One of Ranji’s Lanchesters was a massive and luxurious 21HP 6-cylinder 6-seat touring car that he bought in 1927. He probably started to collect cars of this make with a 12HP model, which he bought in 1905 and 18 or 19 other Lanchesters followed! His successor bought in 1937 a Straight-Eight Lanchester with a Philco car-radio. In the 1940s he ordered some special DE 27 Daimlers with Lanchester radiators.

It is not without a reason that ‘Ranji’ favored his Lanchesters so much… He owned shares in the Lanchester Company and even more importantly, Fred Lanchester was a dear friend of his and he enjoyed many visit to see Ranji in India! Like most Maharajas, Ranji had his own schedule for ordering cars. Occasionally he ordered Lanchesters in threes, of which perhaps a coupé, a tourer and a four-door sedan, but definitely all in his personal color combination: light blue and silver with moldings depicting flamboyant flashes of lightning on the sides and matching blue fog-lights at the front. Sometimes he ordered six or seven cars of the same model, like it was nothing! Such as the Straight-Eight series and all with different body styles, painted in the same colors, which were used only in his Lanchesters!

Shown below Ranji’s eighteenth Lanchester, a 1936 4,5 liter drophead coupe sports body styled and built by Vanden Plas. Even though Daimler had stopped manufacturing the Lanchester Straight-Eight, they built six special Lanchesters for HRH The Duke of York and this Maharaja as they were staunch Lanchester enthusiasts. http://crankhandleblog.comhttp://crankhandleblog.comThere is this short letter, written by the motor superintendent to the Maharaja of Nawanagar, sent to Lanchester: “The three 40HP Lanchester cars which His Highness bought, two in 1922 and one in 1924, have been run over 60,000 miles under all sorts of conditions in India and England. It would interest you to know that I have a fleet of over 60 high-grade cars of different makes, including Lanchesters, ect. Therefore I am in a fair position to judge their merits. The Lanchester is easily the best car I have under my care”.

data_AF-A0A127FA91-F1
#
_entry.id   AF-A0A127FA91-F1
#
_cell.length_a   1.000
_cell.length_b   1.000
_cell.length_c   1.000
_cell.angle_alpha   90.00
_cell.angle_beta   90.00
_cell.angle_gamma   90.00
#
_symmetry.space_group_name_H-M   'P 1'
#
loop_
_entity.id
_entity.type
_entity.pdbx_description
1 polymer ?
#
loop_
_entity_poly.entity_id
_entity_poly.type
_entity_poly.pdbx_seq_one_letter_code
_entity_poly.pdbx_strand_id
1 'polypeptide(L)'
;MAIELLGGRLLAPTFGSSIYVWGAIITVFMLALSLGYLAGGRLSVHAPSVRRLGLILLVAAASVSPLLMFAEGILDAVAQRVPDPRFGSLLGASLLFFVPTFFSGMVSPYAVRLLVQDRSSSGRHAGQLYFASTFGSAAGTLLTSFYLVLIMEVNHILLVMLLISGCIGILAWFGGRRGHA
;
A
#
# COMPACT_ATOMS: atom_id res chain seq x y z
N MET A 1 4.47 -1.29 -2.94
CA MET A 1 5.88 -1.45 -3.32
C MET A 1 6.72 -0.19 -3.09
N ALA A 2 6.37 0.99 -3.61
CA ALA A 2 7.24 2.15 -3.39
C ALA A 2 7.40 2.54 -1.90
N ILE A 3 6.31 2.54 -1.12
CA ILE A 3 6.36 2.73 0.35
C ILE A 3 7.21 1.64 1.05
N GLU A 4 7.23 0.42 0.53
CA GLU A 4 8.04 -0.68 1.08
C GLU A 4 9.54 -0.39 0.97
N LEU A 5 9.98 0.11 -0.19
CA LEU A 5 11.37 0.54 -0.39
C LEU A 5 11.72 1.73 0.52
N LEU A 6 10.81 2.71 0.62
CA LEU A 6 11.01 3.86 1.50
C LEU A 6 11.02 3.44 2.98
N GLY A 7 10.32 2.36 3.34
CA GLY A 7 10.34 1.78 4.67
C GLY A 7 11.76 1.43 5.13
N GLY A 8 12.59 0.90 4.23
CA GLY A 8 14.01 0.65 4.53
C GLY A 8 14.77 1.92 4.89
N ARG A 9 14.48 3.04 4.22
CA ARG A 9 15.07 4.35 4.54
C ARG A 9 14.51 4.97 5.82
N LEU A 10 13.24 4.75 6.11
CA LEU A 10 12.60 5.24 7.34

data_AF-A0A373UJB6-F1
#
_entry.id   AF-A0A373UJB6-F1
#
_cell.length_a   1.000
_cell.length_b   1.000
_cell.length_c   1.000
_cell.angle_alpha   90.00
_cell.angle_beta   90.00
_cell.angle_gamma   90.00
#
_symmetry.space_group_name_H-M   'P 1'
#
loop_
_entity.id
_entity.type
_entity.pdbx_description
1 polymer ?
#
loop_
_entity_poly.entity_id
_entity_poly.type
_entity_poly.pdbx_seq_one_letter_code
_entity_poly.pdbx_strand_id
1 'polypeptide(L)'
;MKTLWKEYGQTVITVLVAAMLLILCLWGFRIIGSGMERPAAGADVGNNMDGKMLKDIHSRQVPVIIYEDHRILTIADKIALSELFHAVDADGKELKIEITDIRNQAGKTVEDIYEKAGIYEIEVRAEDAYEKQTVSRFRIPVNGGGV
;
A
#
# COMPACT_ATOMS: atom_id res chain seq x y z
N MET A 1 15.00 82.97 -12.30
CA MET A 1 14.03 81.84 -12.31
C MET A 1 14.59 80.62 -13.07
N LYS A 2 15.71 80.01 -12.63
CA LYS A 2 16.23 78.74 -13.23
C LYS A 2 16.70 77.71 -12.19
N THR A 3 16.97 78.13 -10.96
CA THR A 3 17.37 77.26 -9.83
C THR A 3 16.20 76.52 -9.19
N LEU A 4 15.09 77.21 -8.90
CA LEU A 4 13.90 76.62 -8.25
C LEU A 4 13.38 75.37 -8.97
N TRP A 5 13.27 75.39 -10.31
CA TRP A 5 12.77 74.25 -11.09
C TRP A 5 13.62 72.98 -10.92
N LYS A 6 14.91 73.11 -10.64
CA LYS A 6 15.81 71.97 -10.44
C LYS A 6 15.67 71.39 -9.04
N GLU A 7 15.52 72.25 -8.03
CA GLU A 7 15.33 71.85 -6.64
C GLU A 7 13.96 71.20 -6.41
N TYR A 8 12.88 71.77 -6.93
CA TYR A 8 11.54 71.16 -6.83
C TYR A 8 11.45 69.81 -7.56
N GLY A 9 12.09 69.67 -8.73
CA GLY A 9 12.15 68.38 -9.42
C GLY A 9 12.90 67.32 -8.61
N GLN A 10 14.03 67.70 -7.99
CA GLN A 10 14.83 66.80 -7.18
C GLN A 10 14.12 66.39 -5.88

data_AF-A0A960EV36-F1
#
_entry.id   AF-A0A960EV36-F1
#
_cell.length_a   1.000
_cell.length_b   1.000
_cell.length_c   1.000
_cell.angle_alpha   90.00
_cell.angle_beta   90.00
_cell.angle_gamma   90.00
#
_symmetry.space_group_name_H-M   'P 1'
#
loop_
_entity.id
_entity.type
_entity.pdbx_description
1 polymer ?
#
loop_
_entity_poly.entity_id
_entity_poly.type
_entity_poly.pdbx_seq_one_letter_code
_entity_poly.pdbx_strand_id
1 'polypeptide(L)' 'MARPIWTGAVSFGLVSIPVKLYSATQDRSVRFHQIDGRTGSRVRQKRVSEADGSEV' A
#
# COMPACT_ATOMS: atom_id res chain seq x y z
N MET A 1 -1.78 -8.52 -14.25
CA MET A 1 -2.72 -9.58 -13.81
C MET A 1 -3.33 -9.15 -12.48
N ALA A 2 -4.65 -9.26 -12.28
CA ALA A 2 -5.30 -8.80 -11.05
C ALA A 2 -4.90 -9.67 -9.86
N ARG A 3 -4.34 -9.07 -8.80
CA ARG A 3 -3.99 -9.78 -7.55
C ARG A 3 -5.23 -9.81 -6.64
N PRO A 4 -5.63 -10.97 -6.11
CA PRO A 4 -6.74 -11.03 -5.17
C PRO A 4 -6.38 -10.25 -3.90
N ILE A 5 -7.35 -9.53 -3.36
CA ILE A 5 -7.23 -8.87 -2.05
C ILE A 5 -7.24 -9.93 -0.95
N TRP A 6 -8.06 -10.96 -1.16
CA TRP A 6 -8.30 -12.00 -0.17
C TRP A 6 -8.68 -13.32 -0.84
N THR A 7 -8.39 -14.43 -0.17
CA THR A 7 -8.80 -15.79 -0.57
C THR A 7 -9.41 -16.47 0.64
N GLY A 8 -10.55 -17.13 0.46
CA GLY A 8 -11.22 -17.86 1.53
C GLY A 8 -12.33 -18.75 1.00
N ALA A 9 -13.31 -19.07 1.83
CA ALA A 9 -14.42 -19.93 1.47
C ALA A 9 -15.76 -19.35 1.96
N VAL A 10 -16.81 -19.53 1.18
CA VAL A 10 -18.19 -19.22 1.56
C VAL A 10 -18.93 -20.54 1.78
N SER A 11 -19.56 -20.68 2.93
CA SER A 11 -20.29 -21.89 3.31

In 1937, the Lanchester Motor Company shipped a fine six-seater touring car to Madras, perhaps for one of the South Indian Maharajas who wanted to stay anonymous. So that was the unknown Maharaja… This ‘unknown’ car had triplex glass windows, which could be folded away into the doors. When they were closed the tourer became a saloon.

http://crankhandleblog.comONCE AGAIN over to the Maharaja of Alwar! Because the most magnificent Lanchester that grounded in 1924 in India was definitely the 21HP ‘baby’ that Maharaja Jai Singh of Alwar ordered in 1921. From order to delivery took no less than three years! The custom-built Lanchester, which was a true copy of the British coronation coach, had a gold-plated radiator as well as gold carriage lamps (typically Maharaja style…) The incredible double-opening ceremonial state-landau body, resting on C-springs, was especially built for HH on an extended 14 feet 10 inch long chassis and finished in royal blue with gold. The car had a low ratio axle gear so that it could be driven in state processions at slow speeds without overheating, but it could also cruise along 55 MPH.http://crankhandleblog.comThe most spectacular death connected with a car was that of Maharaja Jai Singh. His extraordinary Lanchester carried him on his last journey. This exceptional car, which still exists in Alwar today, was also a Bollywood star. It featured prominently in the Merchant-Ivory production Shakespearwallah in 1966!

Next article will about the quirky Maharaja of Alwar and my absolute fave story of some RR garbage cars!

Written by Rosemarijn Atalante Veenenbos

Credits: The Automobiles of the Maharajas by Sharada Dwivedi and Manvendra Singh Barwani